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@kaw2k kaw2k/alerts.md
Last active Aug 29, 2015

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Alert API

Thoughts on alerts

The basic question boils down to "Who should dictate if the alert is rendered?"

Parent controls all

In this situation, what you return from your render method is always rendered to the screen. Let's start by making a hypothetical API

<Alert
    title="Awesome Alert"
    message="Do you like kittens?"
    buttons={{yes: 'Yes', no: 'No'}}
    onClose={function(buttonKeyValue) {}}
    />

We have a simple API. Buttons are key values, where the key is the event name fired and the value is the rendered string. onClose gets fired whenever a button is clicked and passes along the key of the clicked button. It isn't the most flexible API, but it keeps your alert messages consistent.

One key thing to understand is if you render this component it will get rendered to the screen. This component always assumes it is visible, it has no internal state values. Lets look at how we might use it.

// ...
getInitialState: function() {
    return {
        _alert: false
    };
},

showAlert: function(options) {
    var self = this;
    return function() {
        self.setState({_alert: options});
    };
},

hideAlert: fucntion(button) {
    self.setState({_alert: false});
},

renderAlert: function() {
    if (this.state._alert) {
        return <Alert {...this.state._alert} />
    }
},

render: function() {
    var alertOptions = {
        title: 'Title',
        message: 'Message',
        buttons: {yes: 'Yes', no: 'No'},
        onClose: this.hideAlert
    };

    return (
        <div>
            <span onClick={this.showAlert(alertOptions)}>
                Open Alert!
            </span>

            {this.renderAlert()}
        </div>
    );
}
// ...

The usage of this component is pretty verbose. With a simple mixin, we can elimnate almost all this boilerplate code.

var AlertMixin = {
    getInitialState: function() {
        return {
            _alert: false
        };
    },

    _alertOnClose: function(onClose) {
        this.setState({
            _alert: false
        });

        if (onClose) {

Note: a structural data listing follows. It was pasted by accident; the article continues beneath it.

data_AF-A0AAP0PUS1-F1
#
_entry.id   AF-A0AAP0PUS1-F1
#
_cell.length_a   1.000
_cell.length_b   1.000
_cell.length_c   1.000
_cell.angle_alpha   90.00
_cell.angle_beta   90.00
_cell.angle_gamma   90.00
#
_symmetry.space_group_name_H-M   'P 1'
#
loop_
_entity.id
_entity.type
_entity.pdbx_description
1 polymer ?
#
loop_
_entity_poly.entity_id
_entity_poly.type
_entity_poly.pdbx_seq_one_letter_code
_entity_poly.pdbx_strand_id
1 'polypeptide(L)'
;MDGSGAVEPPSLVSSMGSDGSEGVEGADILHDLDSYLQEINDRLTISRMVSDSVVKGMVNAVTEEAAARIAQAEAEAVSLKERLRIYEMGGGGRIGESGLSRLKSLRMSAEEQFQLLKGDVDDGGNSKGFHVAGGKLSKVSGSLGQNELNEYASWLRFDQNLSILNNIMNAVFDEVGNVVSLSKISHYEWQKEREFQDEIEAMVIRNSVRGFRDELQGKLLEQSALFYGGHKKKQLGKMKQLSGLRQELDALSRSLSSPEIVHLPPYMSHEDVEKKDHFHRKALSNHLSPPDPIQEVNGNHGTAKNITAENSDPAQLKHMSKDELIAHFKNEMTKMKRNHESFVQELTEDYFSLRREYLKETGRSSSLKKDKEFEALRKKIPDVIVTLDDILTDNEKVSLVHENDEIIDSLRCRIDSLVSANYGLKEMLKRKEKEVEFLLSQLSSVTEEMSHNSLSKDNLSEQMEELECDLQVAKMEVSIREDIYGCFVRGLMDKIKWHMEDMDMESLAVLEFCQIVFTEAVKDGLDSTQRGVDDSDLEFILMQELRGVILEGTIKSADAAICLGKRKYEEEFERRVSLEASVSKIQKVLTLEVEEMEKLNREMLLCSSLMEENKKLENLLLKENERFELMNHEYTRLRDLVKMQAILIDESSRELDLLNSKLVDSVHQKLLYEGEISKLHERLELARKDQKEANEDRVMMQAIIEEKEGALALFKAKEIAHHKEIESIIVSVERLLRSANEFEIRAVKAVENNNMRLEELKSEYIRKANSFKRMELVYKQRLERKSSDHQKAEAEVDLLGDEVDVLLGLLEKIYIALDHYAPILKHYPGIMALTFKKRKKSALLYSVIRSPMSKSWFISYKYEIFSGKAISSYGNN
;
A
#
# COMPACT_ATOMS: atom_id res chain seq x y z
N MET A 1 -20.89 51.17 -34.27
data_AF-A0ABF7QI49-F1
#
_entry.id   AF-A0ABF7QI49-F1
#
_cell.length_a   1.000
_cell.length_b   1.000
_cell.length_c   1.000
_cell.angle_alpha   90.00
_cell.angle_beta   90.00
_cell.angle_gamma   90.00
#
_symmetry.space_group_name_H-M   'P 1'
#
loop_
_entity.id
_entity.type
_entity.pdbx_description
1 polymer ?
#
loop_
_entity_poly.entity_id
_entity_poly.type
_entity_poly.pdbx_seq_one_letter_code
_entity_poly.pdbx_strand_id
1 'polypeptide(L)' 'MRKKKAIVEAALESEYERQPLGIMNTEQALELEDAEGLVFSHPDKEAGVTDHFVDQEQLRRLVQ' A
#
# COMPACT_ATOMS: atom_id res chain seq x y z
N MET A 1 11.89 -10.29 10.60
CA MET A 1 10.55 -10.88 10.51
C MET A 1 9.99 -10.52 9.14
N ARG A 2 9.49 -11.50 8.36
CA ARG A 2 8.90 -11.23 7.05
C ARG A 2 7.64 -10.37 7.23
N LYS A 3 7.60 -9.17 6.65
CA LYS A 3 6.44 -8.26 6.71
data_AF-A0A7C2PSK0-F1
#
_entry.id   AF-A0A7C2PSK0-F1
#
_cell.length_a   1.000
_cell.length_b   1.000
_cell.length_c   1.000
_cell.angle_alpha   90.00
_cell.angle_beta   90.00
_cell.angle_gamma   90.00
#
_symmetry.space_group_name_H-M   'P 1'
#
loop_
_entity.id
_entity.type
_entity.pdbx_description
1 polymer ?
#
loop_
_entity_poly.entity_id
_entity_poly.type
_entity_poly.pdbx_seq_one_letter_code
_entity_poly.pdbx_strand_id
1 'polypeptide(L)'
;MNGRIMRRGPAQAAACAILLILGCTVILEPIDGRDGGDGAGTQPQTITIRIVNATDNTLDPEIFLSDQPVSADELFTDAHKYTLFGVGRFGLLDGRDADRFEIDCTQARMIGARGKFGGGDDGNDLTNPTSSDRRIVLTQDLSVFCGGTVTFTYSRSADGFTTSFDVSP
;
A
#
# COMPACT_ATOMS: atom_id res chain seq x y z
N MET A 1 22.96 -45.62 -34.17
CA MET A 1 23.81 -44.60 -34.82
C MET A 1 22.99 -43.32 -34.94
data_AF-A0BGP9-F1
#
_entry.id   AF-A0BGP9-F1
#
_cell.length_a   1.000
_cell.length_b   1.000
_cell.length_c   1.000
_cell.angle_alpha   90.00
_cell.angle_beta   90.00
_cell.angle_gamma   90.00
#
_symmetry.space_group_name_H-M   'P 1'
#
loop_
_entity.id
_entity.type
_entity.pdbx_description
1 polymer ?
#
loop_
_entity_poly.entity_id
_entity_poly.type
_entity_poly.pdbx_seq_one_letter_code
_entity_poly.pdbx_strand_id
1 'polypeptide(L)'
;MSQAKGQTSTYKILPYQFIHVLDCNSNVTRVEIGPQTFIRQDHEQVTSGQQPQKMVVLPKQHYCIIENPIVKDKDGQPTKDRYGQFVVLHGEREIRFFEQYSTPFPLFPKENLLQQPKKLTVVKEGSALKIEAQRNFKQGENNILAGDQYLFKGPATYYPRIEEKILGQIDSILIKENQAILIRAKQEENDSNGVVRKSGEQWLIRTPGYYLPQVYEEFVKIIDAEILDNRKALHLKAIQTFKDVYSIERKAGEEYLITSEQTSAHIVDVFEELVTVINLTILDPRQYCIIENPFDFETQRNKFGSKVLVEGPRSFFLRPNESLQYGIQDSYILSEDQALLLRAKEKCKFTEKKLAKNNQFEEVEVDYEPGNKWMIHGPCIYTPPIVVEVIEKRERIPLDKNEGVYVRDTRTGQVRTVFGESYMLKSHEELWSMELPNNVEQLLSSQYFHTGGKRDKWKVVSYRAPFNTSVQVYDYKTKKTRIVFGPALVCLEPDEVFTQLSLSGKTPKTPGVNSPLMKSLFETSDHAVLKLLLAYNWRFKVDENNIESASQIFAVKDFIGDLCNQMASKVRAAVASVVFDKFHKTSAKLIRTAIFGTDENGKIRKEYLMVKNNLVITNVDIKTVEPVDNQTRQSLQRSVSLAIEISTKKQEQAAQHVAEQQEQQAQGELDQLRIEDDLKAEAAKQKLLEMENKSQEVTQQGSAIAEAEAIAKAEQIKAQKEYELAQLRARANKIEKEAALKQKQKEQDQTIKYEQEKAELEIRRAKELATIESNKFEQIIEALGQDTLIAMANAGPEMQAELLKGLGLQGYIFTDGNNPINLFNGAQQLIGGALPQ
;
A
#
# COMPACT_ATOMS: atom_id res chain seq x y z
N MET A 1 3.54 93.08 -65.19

onClose.apply(this, [].slice.call(arguments, 1));
        }
    },

    showAlert: function(options) {
        var self = this;
        var onClose = self._alertOnClose.bind(this, options.onClose);

        return function() {
            this.setState({
                _alert: <Alert {...options} onClose={onClose} />
            });
        };
    },

    renderAlert: function() {
        if (this.state._alert) {
            return <Alert {...this.state.)alert} />
        }
    }
};

// ...
mixins: [AlertMixin],

render: function() {
    var alertOptions = {
        title: 'Title',
        message: 'Message',
        buttons: {yes: 'Yes', no: 'No'},
        onClose: this.hideAlert
    };

    return (
        <div>
            <span onClick={this.showAlert(alertOptions)}>
                Open Alert!
            </span>

            {this.renderAlert()}
        </div>
    );
}
// ...

Slightly better, we abstracted all the ugliness out of the code, however we still have that ugly renderAlert call in our render method. What does this give us? Why would we want the parent to control things?

Pros

  • More control by the parent
  • Can easily be abstracted into a store and have one of your top level "controller" views be in charge of coordinating all incoming alerts.
  • What you render is what you get

Cons

  • More verbose
  • Requires more effort to use it
  • Less "drag and droppable" (again, more effort to use)

Component controls all

The flip side is the parent always renders the component, and the component has internal state to determine if it is rendered or not. Again, let's look at an example API.

<Alert
    ref="oneAlert"
    title="Awesome Alert"
    message="Do you like kittens?"
    buttons={{yes: 'Yes', no: 'No'}}
    onClose={function(buttonKeyValue) {}}
    />

As it turns out, not much has changed, all we did was add a ref tag. Internally we are adding a show method to the instance. We call this method when we want the alert to be visible. Now, how do we use this?

// ...
onClose: function(button) {},

showAlert: function() {
    this.refs.oneAlert.show();
},

render: function() {
    return (
        <div>
            <span onClick={this.showAlert(alertOptions)}>
                Open Alert!
            </span>

            <Alert
                ref="oneAlert"
                title="Awesome Alert"
                message="Do you like kittens?"
                buttons={{yes: 'Yes', no: 'No'}}
                onClose={this.onClose}
                />
        </div>
    );
}
// ...

Much cleaner, no mixins required, no ugly method calls. Why wouldn't we want to use this?

Pros

  • Much cleaner usage, less boilerplate
  • Very compartmentalized, all the state of the alert is tucked into the alert
  • Testable, since everything is contained we can test alerts without needing the parent

Cons

  • What we render is not necessarily what is visible
  • Harder to manage alerts on a project level

Final questions

What this boils down to is a question of who should own state: Should the component control it or the parent? If we have the parent control what is rendered it leads to more boilerplate code, however it makes it easier to control the component accross the entire application. We can have a store manage all the alert options that need to be rendered and only make visible the one that needs to be visible. On the other hand, if we let the component control its state, we have a clean, isolated usage, however things could get tricky managing multiple alerts.

What are your thoughts?

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